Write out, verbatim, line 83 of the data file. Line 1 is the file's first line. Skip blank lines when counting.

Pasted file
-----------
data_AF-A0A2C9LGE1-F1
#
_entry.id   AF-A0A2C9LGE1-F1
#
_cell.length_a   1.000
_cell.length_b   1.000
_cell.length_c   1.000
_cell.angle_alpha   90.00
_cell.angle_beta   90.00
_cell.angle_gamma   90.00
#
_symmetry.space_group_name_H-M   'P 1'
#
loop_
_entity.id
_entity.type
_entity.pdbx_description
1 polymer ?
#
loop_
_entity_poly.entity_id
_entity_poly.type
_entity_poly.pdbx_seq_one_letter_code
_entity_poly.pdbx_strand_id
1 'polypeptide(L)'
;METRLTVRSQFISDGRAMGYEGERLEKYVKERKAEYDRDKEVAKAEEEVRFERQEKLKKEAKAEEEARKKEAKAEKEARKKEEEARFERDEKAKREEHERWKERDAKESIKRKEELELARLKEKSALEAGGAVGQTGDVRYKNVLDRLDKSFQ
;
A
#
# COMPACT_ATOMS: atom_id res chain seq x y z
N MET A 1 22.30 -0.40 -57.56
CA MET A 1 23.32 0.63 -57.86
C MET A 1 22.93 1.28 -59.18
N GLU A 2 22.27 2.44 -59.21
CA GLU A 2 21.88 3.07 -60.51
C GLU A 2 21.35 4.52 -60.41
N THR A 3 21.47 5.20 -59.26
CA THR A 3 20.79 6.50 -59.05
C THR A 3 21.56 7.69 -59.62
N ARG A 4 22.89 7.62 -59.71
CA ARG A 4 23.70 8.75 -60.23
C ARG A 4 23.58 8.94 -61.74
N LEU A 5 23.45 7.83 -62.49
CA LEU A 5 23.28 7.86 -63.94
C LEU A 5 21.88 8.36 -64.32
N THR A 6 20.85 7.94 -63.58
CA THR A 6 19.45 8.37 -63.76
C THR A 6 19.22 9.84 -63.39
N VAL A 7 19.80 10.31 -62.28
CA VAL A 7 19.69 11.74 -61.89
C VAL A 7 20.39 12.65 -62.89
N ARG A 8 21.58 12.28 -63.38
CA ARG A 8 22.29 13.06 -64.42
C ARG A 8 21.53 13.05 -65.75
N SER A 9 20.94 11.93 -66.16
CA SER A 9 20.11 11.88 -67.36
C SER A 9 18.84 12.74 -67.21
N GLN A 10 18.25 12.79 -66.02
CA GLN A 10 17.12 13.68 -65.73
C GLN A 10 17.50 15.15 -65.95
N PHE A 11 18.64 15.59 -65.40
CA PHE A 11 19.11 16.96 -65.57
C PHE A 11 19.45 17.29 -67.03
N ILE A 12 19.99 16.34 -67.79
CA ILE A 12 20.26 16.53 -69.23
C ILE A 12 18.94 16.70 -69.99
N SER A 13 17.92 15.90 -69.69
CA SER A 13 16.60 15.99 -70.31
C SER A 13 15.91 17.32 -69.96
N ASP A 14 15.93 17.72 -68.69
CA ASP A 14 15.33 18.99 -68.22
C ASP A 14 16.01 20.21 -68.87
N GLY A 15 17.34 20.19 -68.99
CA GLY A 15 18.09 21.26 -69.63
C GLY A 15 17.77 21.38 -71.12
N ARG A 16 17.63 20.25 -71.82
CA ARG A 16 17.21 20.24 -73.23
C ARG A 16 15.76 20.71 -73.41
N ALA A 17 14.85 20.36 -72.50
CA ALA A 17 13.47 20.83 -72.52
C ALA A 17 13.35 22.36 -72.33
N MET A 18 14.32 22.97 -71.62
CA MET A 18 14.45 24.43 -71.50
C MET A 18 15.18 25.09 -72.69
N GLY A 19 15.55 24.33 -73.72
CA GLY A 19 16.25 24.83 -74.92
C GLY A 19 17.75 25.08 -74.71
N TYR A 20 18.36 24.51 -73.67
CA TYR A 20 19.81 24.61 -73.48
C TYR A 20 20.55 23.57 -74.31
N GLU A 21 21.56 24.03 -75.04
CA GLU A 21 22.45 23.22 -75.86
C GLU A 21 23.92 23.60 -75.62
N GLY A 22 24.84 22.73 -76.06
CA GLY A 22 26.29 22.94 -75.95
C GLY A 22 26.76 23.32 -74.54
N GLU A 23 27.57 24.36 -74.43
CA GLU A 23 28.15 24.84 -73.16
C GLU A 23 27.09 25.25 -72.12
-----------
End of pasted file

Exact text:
CA MET A 18 14.45 24.43 -71.50